During the 1945-46 basketball season, an improbable 5 foot 10� inch, 140-pound center named Ernie Calverley led a fast, high-scoring Rhode Island State team to a record of 18-2. Calverley regularly gave away a foot or more to opposing centers. But he could jump, he could dribble, he had an abundance of basketball poise and—best of all—he could shoot. He shot with either hand, with both hands and, it sometimes seemed to the opposition, with no hands. He scored over 1,800 points in his four-year varsity career, including a nation-leading 534. as a sophomore two seasons before.
Calverley was the man who generated the Rhode Island State Rams' exciting race-horse style of offense. It worked so well, even after the regular season was over, that the Rams found themselves in the championship finals of the National Invitational Tournament against the mighty Kentucky Wildcats. Featuring All-America Jack Parkinson, strong-shooting Wah Wah Jones and a flashy freshman named Ralph Beard, Kentucky had been seeded first in the NIT and was an 11� point favorite in its game with Rhode Island.
Both teams were used to scoring heavily, but in their championship game the points came slowly and rarely. Rhode Island's run-and-shoot offense was slowed down by the Kentucky defenders, and the Wildcats elected to play a deliberate weave, taking only good shots.
The game went down to the final 40 seconds, tied at 45-45. Then Calverley fouled Beard. Beard stepped to the line and calmly flipped in the free throw. Rhode Island got the ball but couldn't get off another shot, and Kentucky won 46-45.
It was Calverley's only mistake of the tournament, and it cost Rhode Island the championship. But what was remembered about that surprising series was less Rhode Island State's loss than the fact that they were in the finals at all. For despite the brilliance of Calverley and his team's outstanding record, Rhode Island was lightly thought of by the experts when the NIT started. The team was unseeded and almost uninvited (they had been the last to be chosen).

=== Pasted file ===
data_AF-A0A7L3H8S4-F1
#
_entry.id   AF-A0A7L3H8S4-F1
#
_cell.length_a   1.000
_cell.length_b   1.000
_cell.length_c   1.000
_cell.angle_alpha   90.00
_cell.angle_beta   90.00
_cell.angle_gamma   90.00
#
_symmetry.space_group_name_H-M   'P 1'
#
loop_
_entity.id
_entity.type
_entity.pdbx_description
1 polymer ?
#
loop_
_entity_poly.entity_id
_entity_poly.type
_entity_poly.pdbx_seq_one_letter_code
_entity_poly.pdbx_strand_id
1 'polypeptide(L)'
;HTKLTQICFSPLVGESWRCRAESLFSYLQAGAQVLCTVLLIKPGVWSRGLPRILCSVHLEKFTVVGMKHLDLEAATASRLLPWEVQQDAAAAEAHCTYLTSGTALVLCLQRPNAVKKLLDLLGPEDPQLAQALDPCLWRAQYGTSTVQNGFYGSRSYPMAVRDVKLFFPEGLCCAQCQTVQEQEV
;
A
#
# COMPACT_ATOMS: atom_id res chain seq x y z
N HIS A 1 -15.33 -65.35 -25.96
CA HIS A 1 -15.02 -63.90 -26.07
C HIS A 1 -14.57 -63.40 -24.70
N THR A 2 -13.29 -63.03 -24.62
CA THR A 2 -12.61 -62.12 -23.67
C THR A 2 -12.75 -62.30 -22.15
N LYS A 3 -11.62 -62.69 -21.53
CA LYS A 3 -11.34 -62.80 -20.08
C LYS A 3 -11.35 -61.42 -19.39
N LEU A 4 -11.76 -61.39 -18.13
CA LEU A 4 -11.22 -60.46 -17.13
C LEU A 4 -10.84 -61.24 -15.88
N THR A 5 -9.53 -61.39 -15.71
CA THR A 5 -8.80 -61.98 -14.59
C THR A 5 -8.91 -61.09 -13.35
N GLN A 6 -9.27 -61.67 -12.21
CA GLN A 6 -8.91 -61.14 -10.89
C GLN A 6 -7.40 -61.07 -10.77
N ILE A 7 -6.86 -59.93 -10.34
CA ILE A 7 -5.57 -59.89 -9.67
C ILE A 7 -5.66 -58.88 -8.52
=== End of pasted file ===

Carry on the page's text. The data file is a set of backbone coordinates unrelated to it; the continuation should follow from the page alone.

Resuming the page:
Rhode Island lacked height. Its biggest man was 6-foot l�-inch Bob Shea, and in that first postwar year, giants such as St. John's Harry Boykoff (6 feet 9), De Paul's George Mikan (6 feet 10) and Oklahoma A&M's Bob Kurland (7 feet) had already started to dominate the game.
Rhode Island's first opponent of the tournament, on March 14, 1946, was Bowling Green of Ohio. Centered by one of the biggest giants of them all—6-foot 11�-inch Don Otten—Bowling Green was a crushing favorite to eliminate the Rams at once. When the hulking Otten, 13 inches taller and 110 pounds heavier than Calverley, stood next to the Rhode Islander in the middle of Madison Square Garden, the large crowd (a record 18,458) gasped. "The big fellow figures to enjoy a field day under the basket," commented one reporter.
The pattern of the game was set right from the start. It was Bowling Green feeding Otten underneath for short layups against the long shooting of Rhode Island's Shea, Al Nichols and Calverley. Bowling Green seemed only to lean for their rebounds: Rhode Island had to vault. But the Rams vaulted high enough, made enough one-handed shots and had enough speed to lead, 35-34, at half time.
In the second half, with Calverley directing play, Rhode Island still hung on, desperate for every break. Bowling Green simply concentrated on feeding Otten, and it seemed that their superior strength and size would soon wear down the Rams.
The lead bounced back and forth, the score was tied seven times. With three minutes left, Otten, who scored 31 points, fouled out. With only five seconds left and the score tied for the eighth time, Bowling Green made a basket to go ahead 74-72. Rhode Island immediately called a time-out.